Experimental discharge profile of (a) SS-Ca-LCO and (b) CP-Ca-LCO compared with simulated discharge profiles with particle diameter of (c) 1.8 μm and (d) 2.4 μm.
jecst-2020-00899f4.jpg
Table 1
Rietveld refinement of pristine and Ca-doped LCOs
Sample a (Å) c (Å) c/a I(003)/I(104) Rwp (%) S
SS-PLCO 2.8160 14.0626 4.9938 1.272 1.74 1.23
SS-Ca-LCO 2.8171 14.0678 4.9937 1.272 0.94 1.38
CP-Ca-LCO 2.8162 14.0567 4.9913 1.49 2.21 3.48

References

[1] D. Larcher and J-M. Tarascon, Nat Chem, 2015, 7(1), 19.

[2] TH. Kim, JS. Park, SK. Chang, S. Choi, JH. Ryu and HK. Song, Adv Energy Mater, 2012, 2(7), 860–872.

[3] N. Nitta, F. Wu, JT. Lee and G. Yushin, Mater Today, 2015, 18(5), 252–264.

[4] B. Xu, D. Qian, Z. Wang and YS. Meng, Mater Sci Eng, R, 2012, 73(5–6), 51–65.

[5] K. Mizushima, P. Jones, P. Wiseman and JB. Goodenough, Mater Res Bull, 1980, 15, 783–789.

[6] S. Kalluri, M. Yoon, M. Jo, S. Park, S. Myeong, J. Kim, SX. Dou, Z. Guo and J. Cho, Adv Energy Mater, 2017, 7(1), 1601507.

[7] J. Qian, L. Liu, J. Yang, S. Li, X. Wang, HL. Zhuang and Y. Lu, Nat Commun, 2018, 9, 4918.

[8] F. Schipper, EM. Erickson, C. Erk, J-Y. Shin, FF. Chesneau and D. Aurbach, J Electrochem Soc, 2017, 164(1), A6220–A6228.

[9] J. Dunn, L. Gaines, J. Kelly, C. James and K. Gallagher, Energy Environ Sci, 2015, 8(1), 158–168.

[10] T. Kim, W. Song, D-Y. Son, LK. Ono and Y. Qi, J Mater Chem A, 2019, 7(7), 2942–2964.

[11] Q. Liu, X. Su, D. Lei, Y. Qin, J. Wen, F. Guo, YA. Wu, Y. Rong, R. Kou, X. Xiao, F. Aguesse, J. Bareño, Y. Ren, W. Lu and Y. Li, Nat Energy, 2018, 3(11), 936–943.

[12] X. Lu, Y. Sun, Z. Jian, X. He, L. Gu, Y-S. Hu, H. Li, Z. Wang, W. Chen, X. Duan, L. Chen, J. Maier, S. Tsukimoto and Y. Ikuhara, Nano Lett, 2012, 12(12), 6192–6197.

[13] X-Y. Qiu, Q-C. Zhuang, Q-Q. Zhang, R. Cao, P-Z. Ying, Y-H. Qiang and S-G. Sun, Phys Chem Chem Phys, 2012, 14(8), 2617–2630.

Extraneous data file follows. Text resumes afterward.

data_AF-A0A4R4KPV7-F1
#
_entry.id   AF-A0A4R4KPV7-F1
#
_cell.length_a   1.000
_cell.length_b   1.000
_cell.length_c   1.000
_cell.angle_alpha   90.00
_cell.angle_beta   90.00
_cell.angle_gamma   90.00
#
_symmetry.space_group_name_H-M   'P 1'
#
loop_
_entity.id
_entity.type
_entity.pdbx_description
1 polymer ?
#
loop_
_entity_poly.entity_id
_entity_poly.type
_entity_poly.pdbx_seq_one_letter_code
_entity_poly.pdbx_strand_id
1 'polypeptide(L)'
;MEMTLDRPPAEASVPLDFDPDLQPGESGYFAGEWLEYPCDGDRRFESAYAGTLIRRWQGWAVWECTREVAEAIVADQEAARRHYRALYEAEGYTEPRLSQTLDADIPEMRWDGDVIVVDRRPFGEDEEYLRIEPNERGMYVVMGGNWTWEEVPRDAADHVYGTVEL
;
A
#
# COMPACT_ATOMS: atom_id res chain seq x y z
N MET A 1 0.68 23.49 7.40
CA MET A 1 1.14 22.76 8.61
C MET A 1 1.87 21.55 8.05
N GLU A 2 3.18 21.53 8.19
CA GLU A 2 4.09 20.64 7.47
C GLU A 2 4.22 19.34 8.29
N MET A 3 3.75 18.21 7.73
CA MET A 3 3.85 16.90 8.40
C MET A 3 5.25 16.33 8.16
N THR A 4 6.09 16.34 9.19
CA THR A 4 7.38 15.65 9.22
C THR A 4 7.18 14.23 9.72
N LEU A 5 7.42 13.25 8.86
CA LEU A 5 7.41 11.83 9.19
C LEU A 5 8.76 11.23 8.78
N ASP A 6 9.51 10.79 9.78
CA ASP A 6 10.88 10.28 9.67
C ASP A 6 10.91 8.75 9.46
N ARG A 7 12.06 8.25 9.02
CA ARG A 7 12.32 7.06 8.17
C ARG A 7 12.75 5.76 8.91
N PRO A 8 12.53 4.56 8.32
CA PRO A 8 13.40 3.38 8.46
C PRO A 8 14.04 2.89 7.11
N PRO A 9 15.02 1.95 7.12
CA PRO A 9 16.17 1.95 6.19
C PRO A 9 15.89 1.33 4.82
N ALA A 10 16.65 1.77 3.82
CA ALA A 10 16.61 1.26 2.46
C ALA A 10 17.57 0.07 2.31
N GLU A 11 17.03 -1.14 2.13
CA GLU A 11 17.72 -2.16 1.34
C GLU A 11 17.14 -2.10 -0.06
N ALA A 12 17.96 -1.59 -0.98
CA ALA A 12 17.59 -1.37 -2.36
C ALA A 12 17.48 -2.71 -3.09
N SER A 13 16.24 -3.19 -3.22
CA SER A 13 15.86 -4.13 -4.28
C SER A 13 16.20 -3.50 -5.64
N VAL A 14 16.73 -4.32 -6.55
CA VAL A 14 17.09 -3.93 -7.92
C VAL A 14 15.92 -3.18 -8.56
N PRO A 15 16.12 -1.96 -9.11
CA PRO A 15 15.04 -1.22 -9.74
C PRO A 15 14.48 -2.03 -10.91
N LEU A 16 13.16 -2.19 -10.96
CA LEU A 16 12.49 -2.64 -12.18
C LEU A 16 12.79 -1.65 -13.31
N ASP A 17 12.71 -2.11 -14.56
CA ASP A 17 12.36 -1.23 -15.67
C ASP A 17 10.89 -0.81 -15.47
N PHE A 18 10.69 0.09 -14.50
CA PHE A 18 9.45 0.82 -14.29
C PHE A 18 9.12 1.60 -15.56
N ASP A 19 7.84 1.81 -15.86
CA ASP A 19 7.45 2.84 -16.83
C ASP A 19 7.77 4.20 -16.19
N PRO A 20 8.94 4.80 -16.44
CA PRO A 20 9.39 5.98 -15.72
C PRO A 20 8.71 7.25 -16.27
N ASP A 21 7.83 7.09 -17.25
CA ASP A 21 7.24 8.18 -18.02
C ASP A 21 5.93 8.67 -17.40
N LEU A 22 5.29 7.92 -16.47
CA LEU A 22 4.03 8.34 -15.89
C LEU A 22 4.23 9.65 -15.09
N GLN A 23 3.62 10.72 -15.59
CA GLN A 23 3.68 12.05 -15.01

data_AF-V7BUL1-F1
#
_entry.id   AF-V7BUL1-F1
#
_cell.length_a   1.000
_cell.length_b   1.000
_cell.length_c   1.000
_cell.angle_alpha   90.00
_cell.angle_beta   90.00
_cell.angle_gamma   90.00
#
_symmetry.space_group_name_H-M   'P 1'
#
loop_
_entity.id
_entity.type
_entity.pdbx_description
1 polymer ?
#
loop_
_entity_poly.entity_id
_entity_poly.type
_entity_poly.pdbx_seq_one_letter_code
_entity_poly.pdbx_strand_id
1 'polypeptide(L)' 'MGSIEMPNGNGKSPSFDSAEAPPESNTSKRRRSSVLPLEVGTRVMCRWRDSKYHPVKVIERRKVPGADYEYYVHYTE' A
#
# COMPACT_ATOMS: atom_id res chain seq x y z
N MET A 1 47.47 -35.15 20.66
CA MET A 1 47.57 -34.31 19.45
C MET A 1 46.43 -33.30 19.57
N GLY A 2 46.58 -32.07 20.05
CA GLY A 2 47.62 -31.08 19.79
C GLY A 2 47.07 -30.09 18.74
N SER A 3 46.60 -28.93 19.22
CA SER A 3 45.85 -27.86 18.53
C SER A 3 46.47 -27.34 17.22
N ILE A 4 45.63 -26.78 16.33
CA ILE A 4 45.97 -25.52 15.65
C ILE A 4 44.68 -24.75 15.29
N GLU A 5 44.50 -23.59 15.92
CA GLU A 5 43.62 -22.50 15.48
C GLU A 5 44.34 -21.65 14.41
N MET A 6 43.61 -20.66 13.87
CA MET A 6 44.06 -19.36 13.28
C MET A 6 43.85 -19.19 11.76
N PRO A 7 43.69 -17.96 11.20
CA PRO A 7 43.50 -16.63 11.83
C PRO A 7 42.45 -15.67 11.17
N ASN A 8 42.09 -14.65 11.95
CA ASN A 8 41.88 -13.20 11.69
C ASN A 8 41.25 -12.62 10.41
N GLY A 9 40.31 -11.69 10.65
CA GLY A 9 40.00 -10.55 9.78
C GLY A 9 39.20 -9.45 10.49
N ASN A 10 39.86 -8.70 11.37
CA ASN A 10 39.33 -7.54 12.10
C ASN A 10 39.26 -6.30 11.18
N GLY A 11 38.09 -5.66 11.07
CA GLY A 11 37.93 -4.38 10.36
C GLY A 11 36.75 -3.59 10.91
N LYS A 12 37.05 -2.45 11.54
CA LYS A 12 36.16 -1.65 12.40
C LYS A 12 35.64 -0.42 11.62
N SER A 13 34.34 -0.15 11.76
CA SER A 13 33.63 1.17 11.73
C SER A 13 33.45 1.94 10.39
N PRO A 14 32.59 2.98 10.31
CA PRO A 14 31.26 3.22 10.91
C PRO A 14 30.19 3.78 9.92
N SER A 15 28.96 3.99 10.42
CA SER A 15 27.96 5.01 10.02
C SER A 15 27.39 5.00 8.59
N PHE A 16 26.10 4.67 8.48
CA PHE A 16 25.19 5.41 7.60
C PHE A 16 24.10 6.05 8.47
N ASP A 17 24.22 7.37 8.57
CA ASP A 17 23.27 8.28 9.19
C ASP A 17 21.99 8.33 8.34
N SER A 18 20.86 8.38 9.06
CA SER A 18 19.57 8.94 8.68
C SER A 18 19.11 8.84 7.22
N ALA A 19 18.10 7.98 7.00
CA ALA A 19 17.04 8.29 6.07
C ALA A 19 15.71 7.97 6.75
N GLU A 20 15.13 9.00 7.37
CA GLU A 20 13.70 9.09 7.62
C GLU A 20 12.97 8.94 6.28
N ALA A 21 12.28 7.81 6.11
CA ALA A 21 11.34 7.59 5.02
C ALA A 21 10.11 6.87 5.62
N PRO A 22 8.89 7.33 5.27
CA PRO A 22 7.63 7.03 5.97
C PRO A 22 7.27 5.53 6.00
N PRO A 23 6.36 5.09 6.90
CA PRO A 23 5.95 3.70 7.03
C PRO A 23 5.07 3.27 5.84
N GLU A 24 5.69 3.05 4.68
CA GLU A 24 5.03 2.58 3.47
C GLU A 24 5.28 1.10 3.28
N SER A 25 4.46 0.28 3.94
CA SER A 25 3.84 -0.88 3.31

[14] MD. Radin, S. Hy, M. Sina, C. Fang, H. Liu, J. Vinckeviciute, M. Zhang, MS. Whittingham, YS. Meng and A. Van der Ven, Adv Energy Mater, 2017, 7(20), 1602888.

[15] A. Van der Ven, M. Aydinol, G. Ceder, G. Kresse and J. Hafner, Phys Rev B, 1998, 58(6), 2975.

[16] H. Xia, L. Lu, Y. Meng and G. Ceder, J Electrochem Soc, 2007, 154(4), A337–A342.

[17] A. Yano, M. Shikano, A. Ueda, H. Sakaebe and Z. Ogumi, J Electrochem Soc, 2017, 164(1), A6116–A6122.

[18] M. Mladenov, R. Stoyanova, E. Zhecheva and S. Vassilev, Electrochem Commun, 2001, 3(8), 410–416.

[19] L. Wang, B. Chen, J. Ma, G. Cui and L. Chen, Chem Soc Rev, 2018, 47(17), 6505–6602.

[20] C. Pouillerie, L. Croguennec, P. Biensan, P. Willmann and C. Delmas, J Electrochem Soc, 2000, 147, 2061–2069.

[21] H. Li, P. Zhou, F. Liu, H. Li, F. Cheng and J. Chen, Chem Sci, 2019, 10(5), 1374–1379.

[22] H. Tukamoto and A. West, J Electrochem Soc, 1997, 144(9), 3164–3168.

[23] M. Jo, Y-S. Hong, J. Choo and J. Cho, J Electrochem Soc, 2009, 156(6), A430–A434.

[24] M. Okubo, E. Hosono, J. Kim, M. Enomoto, N. Kojima, T. Kudo, H. Zhou and I. Honma, J Am Chem Soc, 2007, 129(23), 7444–7452.

[25] C. Mi, X. Zhao, G. Cao and J. Tu, J Electrochem Soc, 2005, 152(3), A483–A487.

[26] R. Malik, D. Burch, M. Bazant and G. Ceder, Nano Lett, 2010, 10(10), 4123–4127.

[27] H. Zheng, J. Li, X. Song, G. Liu and VS. Battaglia, Electrochim Acta, 2012, 71, 258–265.

[28] A. Gusev and A. Kurlov, Nanotechnology, 2008, 19(26), 265302.

[29] M. Salari, M. Rezaee and P. Marashi, J Nano Res-SW, 2009, 6, 15–21.

[30] M. Stein IV, C-F. Chen, M. Mullings, D. Jaime, A. Zaleski, PP. Mukherjee and CP. Rhodes, J Electrochem Energy, 2016, 13(3.

[31] T. Pan, J. Alvarado, J. Zhu, Y. Yue, HL. Xin, D. Nordlund, F. Lin and MM. Doeff, J Electrochem Soc, 2019, 166(10), A1964–A1971.

[32] K-M. Nam, H-J. Kim, D-H. Kang, Y-S. Kim and S-W. Song, Green Chem, 2015, 17(2), 1127–1135.

[33] P. Barai, Z. Feng, H. Kondo and V. Srinivasan, J Phys Chem B, 2019, 123(15), 3291–3303.

[34] G. Ting-Kuo Fey, V. Subramanian and J-G. Chen, Electrochem Commun, 2001, 3(5), 234–238.



ABOUT
ARTICLE CATEGORY

Browse all articles >

BROWSE ARTICLES
AUTHOR INFORMATION
Editorial Office
E-mail: journal@kecs.or.kr    Tel: +82-2-568-9392    Fax: +82-2-568-5931                   

Copyright © 2022 by The Korean Electrochemical Society.

Developed in M2PI

Close layer
prev next